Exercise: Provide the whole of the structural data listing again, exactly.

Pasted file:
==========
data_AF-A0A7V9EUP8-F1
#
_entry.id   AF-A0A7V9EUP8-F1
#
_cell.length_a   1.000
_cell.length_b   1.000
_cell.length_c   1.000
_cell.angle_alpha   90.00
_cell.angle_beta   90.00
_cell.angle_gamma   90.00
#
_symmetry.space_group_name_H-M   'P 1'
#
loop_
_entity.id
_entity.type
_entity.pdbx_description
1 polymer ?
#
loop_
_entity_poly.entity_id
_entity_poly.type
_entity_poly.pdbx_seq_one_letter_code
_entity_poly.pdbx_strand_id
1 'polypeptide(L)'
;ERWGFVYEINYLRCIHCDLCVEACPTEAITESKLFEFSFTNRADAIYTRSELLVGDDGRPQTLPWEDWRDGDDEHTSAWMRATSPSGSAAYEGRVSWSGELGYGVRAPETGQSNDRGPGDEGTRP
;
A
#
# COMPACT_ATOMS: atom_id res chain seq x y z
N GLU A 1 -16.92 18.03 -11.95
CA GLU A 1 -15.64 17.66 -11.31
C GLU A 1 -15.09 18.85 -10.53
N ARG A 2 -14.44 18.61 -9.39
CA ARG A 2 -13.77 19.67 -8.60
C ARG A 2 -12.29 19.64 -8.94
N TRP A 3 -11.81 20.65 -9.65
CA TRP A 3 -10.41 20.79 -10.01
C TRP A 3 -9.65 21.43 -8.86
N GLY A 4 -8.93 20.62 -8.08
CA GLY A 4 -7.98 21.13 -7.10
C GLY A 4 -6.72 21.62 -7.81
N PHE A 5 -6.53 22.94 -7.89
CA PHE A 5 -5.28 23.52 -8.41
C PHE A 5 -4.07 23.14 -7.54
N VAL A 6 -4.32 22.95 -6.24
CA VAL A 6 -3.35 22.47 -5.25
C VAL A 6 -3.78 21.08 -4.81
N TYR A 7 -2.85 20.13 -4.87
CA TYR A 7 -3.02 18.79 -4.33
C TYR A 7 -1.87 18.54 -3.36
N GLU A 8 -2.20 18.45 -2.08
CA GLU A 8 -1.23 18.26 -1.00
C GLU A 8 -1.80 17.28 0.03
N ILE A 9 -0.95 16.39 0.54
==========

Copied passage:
data_AF-A0A7V9EUP8-F1
#
_entry.id   AF-A0A7V9EUP8-F1
#
_cell.length_a   1.000
_cell.length_b   1.000
_cell.length_c   1.000
_cell.angle_alpha   90.00
_cell.angle_beta   90.00
_cell.angle_gamma   90.00
#
_symmetry.space_group_name_H-M   'P 1'
#
loop_
_entity.id
_entity.type
_entity.pdbx_description
1 polymer ?
#
loop_
_entity_poly.entity_id
_entity_poly.type
_entity_poly.pdbx_seq_one_letter_code
_entity_poly.pdbx_strand_id
1 'polypeptide(L)'
;ERWGFVYEINYLRCIHCDLCVEACPTEAITESKLFEFSFTNRADAIYTRSELLVGDDGRPQTLPWEDWRDGDDEHTSAWMRATSPSGSAAYEGRVSWSGELGYGVRAPETGQSNDRGPGDEGTRP
;
A
#
# COMPACT_ATOMS: atom_id res chain seq x y z
N GLU A 1 -16.92 18.03 -11.95
CA GLU A 1 -15.64 17.66 -11.31
C GLU A 1 -15.09 18.85 -10.53
N ARG A 2 -14.44 18.61 -9.39
CA ARG A 2 -13.77 19.67 -8.60
C ARG A 2 -12.29 19.64 -8.94
N TRP A 3 -11.81 20.65 -9.65
CA TRP A 3 -10.41 20.79 -10.01
C TRP A 3 -9.65 21.43 -8.86
N GLY A 4 -8.93 20.62 -8.08
CA GLY A 4 -7.98 21.13 -7.10
C GLY A 4 -6.72 21.62 -7.81
N PHE A 5 -6.53 22.94 -7.89
CA PHE A 5 -5.28 23.52 -8.41
C PHE A 5 -4.07 23.14 -7.54
N VAL A 6 -4.32 22.95 -6.24
CA VAL A 6 -3.35 22.47 -5.25
C VAL A 6 -3.78 21.08 -4.81
N TYR A 7 -2.85 20.13 -4.87
CA TYR A 7 -3.02 18.79 -4.33
C TYR A 7 -1.87 18.54 -3.36
N GLU A 8 -2.20 18.45 -2.08
CA GLU A 8 -1.23 18.26 -1.00
C GLU A 8 -1.80 17.28 0.03
N ILE A 9 -0.95 16.39 0.54